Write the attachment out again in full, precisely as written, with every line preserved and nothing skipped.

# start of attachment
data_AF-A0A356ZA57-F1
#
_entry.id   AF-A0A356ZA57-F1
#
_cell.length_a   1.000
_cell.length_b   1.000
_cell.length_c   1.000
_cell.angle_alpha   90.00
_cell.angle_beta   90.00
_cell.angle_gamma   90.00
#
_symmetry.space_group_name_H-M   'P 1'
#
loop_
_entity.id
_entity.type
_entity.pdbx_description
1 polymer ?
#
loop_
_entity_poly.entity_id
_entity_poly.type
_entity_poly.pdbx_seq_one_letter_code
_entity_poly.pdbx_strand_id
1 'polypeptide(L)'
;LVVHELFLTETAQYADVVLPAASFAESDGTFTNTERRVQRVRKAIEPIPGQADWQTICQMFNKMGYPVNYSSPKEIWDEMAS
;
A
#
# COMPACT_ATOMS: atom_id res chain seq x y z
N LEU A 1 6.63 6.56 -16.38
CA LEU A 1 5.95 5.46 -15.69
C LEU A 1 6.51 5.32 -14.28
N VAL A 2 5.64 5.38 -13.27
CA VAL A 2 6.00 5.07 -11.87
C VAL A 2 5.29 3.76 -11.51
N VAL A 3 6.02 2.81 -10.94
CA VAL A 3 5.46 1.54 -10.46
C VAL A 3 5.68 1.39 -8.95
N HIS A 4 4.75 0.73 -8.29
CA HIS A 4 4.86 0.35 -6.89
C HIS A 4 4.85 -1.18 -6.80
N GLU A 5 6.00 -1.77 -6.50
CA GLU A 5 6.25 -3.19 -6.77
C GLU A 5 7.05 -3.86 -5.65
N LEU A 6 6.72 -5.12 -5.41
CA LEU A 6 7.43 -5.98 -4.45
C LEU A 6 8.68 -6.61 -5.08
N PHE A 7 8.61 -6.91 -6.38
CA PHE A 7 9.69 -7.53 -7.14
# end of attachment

data_AF-A0A356ZA57-F1
#
_entry.id   AF-A0A356ZA57-F1
#
_cell.length_a   1.000
_cell.length_b   1.000
_cell.length_c   1.000
_cell.angle_alpha   90.00
_cell.angle_beta   90.00
_cell.angle_gamma   90.00
#
_symmetry.space_group_name_H-M   'P 1'
#
loop_
_entity.id
_entity.type
_entity.pdbx_description
1 polymer ?
#
loop_
_entity_poly.entity_id
_entity_poly.type
_entity_poly.pdbx_seq_one_letter_code
_entity_poly.pdbx_strand_id
1 'polypeptide(L)'
;LVVHELFLTETAQYADVVLPAASFAESDGTFTNTERRVQRVRKAIEPIPGQADWQTICQMFNKMGYPVNYSSPKEIWDEMAS
;
A
#
# COMPACT_ATOMS: atom_id res chain seq x y z
N LEU A 1 6.63 6.56 -16.38
CA LEU A 1 5.95 5.46 -15.69
C LEU A 1 6.51 5.32 -14.28
N VAL A 2 5.64 5.38 -13.27
CA VAL A 2 6.00 5.07 -11.87
C VAL A 2 5.29 3.76 -11.51
N VAL A 3 6.02 2.81 -10.94
CA VAL A 3 5.46 1.54 -10.46
C VAL A 3 5.68 1.39 -8.95
N HIS A 4 4.75 0.73 -8.29
CA HIS A 4 4.86 0.35 -6.89
C HIS A 4 4.85 -1.18 -6.80
N GLU A 5 6.00 -1.77 -6.50
CA GLU A 5 6.25 -3.19 -6.77
C GLU A 5 7.05 -3.86 -5.65
N LEU A 6 6.72 -5.12 -5.41
CA LEU A 6 7.43 -5.98 -4.45
C LEU A 6 8.68 -6.61 -5.08
N PHE A 7 8.61 -6.91 -6.38
CA PHE A 7 9.69 -7.53 -7.14